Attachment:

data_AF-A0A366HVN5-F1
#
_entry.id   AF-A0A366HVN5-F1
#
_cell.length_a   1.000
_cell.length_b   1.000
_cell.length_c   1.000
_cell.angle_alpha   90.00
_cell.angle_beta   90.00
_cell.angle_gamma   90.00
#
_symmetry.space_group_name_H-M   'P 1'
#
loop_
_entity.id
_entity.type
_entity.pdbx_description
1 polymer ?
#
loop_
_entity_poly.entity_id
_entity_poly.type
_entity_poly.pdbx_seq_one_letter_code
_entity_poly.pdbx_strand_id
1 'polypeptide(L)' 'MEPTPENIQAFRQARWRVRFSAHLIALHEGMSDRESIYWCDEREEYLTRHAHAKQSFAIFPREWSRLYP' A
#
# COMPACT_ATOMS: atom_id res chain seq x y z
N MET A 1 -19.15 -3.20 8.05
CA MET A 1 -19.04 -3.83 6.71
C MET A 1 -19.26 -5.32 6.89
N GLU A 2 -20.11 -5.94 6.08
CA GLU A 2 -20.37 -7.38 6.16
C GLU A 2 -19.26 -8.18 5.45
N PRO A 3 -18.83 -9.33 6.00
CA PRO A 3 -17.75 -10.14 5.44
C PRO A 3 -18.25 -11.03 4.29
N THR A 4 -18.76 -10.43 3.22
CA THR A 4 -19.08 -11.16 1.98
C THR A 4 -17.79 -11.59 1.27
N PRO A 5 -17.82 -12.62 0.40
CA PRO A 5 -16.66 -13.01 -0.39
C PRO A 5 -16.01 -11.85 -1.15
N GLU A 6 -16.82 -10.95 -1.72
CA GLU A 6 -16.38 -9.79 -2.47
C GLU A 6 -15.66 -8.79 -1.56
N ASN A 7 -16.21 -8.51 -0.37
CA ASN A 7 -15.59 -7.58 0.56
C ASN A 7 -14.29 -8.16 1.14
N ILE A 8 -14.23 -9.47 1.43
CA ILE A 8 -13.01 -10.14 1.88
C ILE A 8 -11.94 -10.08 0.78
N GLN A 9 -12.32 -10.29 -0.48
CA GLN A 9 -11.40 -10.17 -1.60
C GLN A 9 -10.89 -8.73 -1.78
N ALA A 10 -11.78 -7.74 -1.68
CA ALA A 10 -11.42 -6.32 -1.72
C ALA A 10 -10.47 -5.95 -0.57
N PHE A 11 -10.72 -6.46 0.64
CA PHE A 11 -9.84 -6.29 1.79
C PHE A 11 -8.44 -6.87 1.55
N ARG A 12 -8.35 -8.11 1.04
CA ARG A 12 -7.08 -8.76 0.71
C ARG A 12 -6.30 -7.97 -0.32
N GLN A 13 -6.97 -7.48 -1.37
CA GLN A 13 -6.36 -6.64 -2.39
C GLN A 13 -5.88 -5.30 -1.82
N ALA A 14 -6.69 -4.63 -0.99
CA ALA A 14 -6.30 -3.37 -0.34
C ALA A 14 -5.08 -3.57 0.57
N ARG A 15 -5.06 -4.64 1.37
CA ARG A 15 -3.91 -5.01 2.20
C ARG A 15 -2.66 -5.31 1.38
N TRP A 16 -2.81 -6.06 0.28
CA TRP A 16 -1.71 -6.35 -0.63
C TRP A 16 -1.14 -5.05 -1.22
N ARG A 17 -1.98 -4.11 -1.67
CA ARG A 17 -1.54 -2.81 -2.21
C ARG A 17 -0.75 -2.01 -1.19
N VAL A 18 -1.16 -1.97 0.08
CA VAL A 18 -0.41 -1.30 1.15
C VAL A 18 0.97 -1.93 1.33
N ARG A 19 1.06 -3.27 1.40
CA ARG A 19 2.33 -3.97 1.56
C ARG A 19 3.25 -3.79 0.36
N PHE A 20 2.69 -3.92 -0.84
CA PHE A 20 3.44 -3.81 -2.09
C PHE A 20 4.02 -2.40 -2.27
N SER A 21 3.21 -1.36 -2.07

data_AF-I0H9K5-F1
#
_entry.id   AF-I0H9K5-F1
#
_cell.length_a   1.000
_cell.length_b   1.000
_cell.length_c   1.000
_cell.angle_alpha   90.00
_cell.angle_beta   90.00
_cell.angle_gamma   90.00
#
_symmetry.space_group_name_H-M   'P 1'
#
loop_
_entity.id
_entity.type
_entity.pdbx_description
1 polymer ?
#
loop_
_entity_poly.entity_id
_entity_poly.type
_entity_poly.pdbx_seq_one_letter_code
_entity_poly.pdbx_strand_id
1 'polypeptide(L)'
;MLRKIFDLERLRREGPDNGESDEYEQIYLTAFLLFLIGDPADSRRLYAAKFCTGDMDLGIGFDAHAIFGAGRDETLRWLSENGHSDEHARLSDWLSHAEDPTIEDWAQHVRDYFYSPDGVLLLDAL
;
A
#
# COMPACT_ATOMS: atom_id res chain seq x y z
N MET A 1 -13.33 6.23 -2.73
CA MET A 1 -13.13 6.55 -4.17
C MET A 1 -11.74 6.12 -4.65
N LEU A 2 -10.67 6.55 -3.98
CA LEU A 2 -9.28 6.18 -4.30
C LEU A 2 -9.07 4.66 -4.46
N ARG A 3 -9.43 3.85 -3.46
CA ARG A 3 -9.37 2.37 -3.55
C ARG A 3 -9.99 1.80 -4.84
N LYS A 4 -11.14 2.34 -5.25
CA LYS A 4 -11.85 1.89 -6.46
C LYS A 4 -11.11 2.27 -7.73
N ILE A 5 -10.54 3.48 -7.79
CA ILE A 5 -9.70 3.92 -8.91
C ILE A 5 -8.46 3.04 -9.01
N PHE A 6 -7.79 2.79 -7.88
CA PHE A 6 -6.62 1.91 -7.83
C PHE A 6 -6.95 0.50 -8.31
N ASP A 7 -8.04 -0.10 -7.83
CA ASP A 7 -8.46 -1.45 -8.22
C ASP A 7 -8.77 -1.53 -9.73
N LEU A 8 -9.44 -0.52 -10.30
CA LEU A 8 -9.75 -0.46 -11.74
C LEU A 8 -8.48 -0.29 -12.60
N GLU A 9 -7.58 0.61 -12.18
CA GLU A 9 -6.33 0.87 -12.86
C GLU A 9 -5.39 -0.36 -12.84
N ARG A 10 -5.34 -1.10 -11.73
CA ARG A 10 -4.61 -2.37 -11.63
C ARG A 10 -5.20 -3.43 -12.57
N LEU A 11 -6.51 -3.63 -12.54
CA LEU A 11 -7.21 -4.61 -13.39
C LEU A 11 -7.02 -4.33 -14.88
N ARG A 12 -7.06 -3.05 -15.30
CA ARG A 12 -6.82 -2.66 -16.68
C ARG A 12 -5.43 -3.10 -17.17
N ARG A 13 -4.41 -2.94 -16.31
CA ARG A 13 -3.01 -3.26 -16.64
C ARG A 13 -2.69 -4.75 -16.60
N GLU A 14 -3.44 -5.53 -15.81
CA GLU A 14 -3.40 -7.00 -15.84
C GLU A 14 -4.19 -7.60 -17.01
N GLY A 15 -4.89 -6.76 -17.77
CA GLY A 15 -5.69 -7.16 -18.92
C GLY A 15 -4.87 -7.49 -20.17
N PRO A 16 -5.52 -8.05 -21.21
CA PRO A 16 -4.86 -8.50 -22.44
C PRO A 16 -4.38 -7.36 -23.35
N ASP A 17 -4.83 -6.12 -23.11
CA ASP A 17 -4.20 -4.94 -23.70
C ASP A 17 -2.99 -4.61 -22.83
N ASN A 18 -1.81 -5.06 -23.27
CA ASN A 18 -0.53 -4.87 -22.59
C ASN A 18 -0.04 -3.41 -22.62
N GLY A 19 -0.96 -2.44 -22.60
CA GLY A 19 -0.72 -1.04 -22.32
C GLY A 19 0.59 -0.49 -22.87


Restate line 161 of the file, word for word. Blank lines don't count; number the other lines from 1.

N GLY A 15 -4.89 -6.76 -17.77